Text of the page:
Last month, GlobalPost published an investigation into members of the clergy who had been accused of sexual abuse in the US or Europe, but continued to work as priests — oftentimes with children — in remote South American dioceses. Here's an update on some of those priests.
There's still time "to help the millions of refugees still desperate for a humanitarian lifeline," says the secretary general of Amnesty International.
The Chinese dating competition 'If You Are The One' has been broadcast with English subtitles since 2013. And some of it's biggest fans are an ocean away.
She also a Mandarin teacher and a piano player. Plus, she just returned from a trip to Denmark where she presented her simulated satellite project. Feeling inadequate yet?
Federal prosecutors in Manhattan made history by arresting officials at the Federation Internationale de Football Association, or FIFA, on charges of racketeering and money laundering. The case, a groundbreaking example of US authorities policing far beyond America’s borders, raised an interesting question: If prosecutors could target FIFA — an organization headquartered outside the US — could they also take aim at the leaders of another sprawling international enterprise, say, the Roman Catholic Church?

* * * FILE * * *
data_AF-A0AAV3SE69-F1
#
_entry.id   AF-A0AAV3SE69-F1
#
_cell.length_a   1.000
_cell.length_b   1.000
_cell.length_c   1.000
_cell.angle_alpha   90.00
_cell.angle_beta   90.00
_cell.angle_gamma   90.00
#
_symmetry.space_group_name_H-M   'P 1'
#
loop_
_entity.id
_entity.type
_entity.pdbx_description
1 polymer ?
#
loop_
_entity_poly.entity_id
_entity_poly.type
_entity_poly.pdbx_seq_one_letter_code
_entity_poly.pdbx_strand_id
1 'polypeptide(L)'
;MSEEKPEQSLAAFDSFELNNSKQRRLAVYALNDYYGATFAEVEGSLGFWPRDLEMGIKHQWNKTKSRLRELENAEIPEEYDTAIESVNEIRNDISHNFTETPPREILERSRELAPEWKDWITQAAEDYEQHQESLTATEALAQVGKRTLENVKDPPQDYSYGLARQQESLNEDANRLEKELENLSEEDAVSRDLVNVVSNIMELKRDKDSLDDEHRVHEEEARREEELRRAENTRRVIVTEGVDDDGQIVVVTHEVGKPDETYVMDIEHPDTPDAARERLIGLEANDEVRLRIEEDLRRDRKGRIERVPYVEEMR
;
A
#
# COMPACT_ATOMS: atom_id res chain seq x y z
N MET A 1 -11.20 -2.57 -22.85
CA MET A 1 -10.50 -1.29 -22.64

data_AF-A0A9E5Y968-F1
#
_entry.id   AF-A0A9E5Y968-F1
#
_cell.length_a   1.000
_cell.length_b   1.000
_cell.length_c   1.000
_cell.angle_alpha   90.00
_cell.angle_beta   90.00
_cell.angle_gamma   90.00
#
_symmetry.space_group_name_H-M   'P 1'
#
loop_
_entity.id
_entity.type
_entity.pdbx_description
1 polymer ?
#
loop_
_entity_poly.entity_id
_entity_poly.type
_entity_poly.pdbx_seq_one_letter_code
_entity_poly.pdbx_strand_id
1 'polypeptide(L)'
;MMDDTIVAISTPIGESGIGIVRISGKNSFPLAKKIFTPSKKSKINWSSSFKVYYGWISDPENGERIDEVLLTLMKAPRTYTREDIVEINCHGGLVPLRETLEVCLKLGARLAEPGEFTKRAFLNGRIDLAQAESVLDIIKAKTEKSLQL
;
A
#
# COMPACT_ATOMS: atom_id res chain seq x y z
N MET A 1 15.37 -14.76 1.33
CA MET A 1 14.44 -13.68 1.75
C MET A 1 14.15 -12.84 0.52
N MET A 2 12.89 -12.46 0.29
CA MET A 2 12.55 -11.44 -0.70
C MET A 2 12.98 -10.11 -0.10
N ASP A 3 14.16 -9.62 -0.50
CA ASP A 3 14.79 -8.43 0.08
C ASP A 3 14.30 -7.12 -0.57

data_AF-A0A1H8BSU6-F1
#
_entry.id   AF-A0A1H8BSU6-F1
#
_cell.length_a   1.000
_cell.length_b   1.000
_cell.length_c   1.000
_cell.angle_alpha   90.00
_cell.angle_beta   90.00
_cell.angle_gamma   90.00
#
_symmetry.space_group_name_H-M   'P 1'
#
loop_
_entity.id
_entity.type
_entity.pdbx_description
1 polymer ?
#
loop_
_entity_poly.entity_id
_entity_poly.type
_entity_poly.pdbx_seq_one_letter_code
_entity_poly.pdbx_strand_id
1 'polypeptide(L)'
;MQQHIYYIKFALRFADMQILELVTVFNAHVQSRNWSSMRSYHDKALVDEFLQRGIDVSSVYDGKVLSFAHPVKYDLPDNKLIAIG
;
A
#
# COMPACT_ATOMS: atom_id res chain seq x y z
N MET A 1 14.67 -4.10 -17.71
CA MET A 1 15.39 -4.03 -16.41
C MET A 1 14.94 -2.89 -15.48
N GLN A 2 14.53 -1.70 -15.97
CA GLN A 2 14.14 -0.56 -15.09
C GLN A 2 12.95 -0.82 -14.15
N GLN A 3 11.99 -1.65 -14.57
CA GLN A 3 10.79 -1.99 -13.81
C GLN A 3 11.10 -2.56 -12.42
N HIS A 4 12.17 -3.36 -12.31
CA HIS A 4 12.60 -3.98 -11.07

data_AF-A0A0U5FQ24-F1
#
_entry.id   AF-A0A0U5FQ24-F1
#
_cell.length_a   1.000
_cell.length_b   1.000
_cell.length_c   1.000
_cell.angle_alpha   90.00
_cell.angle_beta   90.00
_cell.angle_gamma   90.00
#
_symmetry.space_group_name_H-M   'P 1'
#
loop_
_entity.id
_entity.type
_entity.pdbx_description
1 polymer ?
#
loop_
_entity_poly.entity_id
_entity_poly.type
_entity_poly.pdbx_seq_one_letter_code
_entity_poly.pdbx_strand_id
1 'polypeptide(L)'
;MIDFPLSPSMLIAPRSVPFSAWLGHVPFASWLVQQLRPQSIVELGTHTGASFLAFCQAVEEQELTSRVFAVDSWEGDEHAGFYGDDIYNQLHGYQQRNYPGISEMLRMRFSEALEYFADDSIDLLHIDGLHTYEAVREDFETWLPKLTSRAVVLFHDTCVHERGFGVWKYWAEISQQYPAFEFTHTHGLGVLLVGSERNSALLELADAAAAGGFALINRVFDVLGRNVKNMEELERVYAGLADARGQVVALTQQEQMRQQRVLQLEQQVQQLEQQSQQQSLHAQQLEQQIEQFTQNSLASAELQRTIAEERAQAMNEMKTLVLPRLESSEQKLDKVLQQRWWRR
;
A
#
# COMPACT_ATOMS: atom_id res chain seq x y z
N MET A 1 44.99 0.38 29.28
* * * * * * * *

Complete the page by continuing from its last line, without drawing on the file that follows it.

The Catholic Church has long been under fire for covering up priests' sexual abuse of children, and for transferring perpetrators among parishes rather than turning them over to law enforcement. Now, GlobalPost investigates a new, international side to the scandal: The church has allowed priests facing credible sex abuse allegations in the United States and Europe to get a new start by relocating to poor parishes in South America.
Political tensions have calmed in Baghdad, but unrest in Iraq has given power — and weaponry — to the Shiite militias who stepped up to help fight ISIS. Now no one is sure if they'll still listen to the Iraqi government or look after their own interests.
Brazil will host the World Cup this summer and, in 2016, the Olympics. And for Brazil's young adults, that makes this the perfect time to protest their country's lack of opportunities and crumbling infrastructure.
Nigeria's 150 million people are almost evenly divided between Christians and Muslims. And for several decades, fighting has repeatedly flared between the two groups, killing an estimated 20,000 people. But two men, once sworn enemies, are now working to undo the hatred they once sowed.
An Irish activist and scholar who has dedicated much of his life to bringing peace to places like South Africa, the West Bank and Northern Ireland has convened a special meeting in Nigeria.